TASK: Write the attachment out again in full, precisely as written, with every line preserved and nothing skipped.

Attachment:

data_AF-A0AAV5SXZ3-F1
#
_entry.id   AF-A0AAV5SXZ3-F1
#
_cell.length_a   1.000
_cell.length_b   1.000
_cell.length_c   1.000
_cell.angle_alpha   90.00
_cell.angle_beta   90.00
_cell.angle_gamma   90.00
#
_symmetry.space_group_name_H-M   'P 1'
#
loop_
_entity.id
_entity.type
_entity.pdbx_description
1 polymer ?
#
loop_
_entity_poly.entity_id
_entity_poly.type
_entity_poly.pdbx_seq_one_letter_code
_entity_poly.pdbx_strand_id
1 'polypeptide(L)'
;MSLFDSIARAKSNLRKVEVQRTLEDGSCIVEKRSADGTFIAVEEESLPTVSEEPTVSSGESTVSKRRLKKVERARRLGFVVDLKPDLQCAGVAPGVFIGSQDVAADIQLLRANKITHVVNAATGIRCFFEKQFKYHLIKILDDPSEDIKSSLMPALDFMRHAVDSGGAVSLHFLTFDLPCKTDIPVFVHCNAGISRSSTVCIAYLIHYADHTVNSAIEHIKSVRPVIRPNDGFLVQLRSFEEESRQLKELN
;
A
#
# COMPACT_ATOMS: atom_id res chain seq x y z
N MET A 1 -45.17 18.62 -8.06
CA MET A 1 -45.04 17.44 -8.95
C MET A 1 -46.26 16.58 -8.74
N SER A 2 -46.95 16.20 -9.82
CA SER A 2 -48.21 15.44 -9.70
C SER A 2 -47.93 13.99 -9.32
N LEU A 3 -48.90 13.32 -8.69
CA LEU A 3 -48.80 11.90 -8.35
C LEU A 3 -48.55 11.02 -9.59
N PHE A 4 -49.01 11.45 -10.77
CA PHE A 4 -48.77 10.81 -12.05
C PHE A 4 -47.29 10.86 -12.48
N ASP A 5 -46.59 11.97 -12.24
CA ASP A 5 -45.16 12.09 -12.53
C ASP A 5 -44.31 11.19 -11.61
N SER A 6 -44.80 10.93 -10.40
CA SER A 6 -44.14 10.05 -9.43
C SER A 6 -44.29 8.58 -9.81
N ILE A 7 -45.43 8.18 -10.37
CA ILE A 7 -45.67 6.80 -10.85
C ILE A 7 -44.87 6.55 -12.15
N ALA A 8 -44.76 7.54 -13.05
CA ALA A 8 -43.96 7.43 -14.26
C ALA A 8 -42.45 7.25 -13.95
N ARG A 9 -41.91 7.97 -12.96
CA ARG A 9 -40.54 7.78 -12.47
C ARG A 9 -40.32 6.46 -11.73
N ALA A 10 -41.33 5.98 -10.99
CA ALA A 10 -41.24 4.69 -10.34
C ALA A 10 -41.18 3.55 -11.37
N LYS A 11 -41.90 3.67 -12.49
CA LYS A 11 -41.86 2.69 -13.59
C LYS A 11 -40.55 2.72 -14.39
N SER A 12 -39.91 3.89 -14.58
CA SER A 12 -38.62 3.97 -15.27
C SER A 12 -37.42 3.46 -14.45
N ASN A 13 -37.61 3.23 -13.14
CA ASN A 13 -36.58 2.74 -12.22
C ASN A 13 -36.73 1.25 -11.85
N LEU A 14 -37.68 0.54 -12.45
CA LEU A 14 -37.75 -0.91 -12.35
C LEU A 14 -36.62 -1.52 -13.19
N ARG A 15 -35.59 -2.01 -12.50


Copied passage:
data_AF-A0AAV5SXZ3-F1
#
_entry.id   AF-A0AAV5SXZ3-F1
#
_cell.length_a   1.000
_cell.length_b   1.000
_cell.length_c   1.000
_cell.angle_alpha   90.00
_cell.angle_beta   90.00
_cell.angle_gamma   90.00
#
_symmetry.space_group_name_H-M   'P 1'
#
loop_
_entity.id
_entity.type
_entity.pdbx_description
1 polymer ?
#
loop_
_entity_poly.entity_id
_entity_poly.type
_entity_poly.pdbx_seq_one_letter_code
_entity_poly.pdbx_strand_id
1 'polypeptide(L)'
;MSLFDSIARAKSNLRKVEVQRTLEDGSCIVEKRSADGTFIAVEEESLPTVSEEPTVSSGESTVSKRRLKKVERARRLGFVVDLKPDLQCAGVAPGVFIGSQDVAADIQLLRANKITHVVNAATGIRCFFEKQFKYHLIKILDDPSEDIKSSLMPALDFMRHAVDSGGAVSLHFLTFDLPCKTDIPVFVHCNAGISRSSTVCIAYLIHYADHTVNSAIEHIKSVRPVIRPNDGFLVQLRSFEEESRQLKELN
;
A
#
# COMPACT_ATOMS: atom_id res chain seq x y z
N MET A 1 -45.17 18.62 -8.06
CA MET A 1 -45.04 17.44 -8.95
C MET A 1 -46.26 16.58 -8.74
N SER A 2 -46.95 16.20 -9.82
CA SER A 2 -48.21 15.44 -9.70
C SER A 2 -47.93 13.99 -9.32
N LEU A 3 -48.90 13.32 -8.69
CA LEU A 3 -48.80 11.90 -8.35
C LEU A 3 -48.55 11.02 -9.59
N PHE A 4 -49.01 11.45 -10.77
CA PHE A 4 -48.77 10.81 -12.05
C PHE A 4 -47.29 10.86 -12.48
N ASP A 5 -46.59 11.97 -12.24
CA ASP A 5 -45.16 12.09 -12.53
C ASP A 5 -44.31 11.19 -11.61
N SER A 6 -44.80 10.93 -10.40
CA SER A 6 -44.14 10.05 -9.43
C SER A 6 -44.29 8.58 -9.81
N ILE A 7 -45.43 8.18 -10.37
CA ILE A 7 -45.67 6.80 -10.85
C ILE A 7 -44.87 6.55 -12.15
N ALA A 8 -44.76 7.54 -13.05
CA ALA A 8 -43.96 7.43 -14.26
C ALA A 8 -42.45 7.25 -13.95
N ARG A 9 -41.91 7.97 -12.96
CA ARG A 9 -40.54 7.78 -12.47
C ARG A 9 -40.32 6.46 -11.73
N ALA A 10 -41.33 5.98 -10.99
CA ALA A 10 -41.24 4.69 -10.34
C ALA A 10 -41.18 3.55 -11.37
N LYS A 11 -41.90 3.67 -12.49
CA LYS A 11 -41.86 2.69 -13.59
C LYS A 11 -40.55 2.72 -14.39
N SER A 12 -39.91 3.89 -14.58
CA SER A 12 -38.62 3.97 -15.27
C SER A 12 -37.42 3.46 -14.45
N ASN A 13 -37.61 3.23 -13.14
CA ASN A 13 -36.58 2.74 -12.22
C ASN A 13 -36.73 1.25 -11.85
N LEU A 14 -37.68 0.54 -12.45
CA LEU A 14 -37.75 -0.91 -12.35
C LEU A 14 -36.62 -1.52 -13.19
N ARG A 15 -35.59 -2.01 -12.50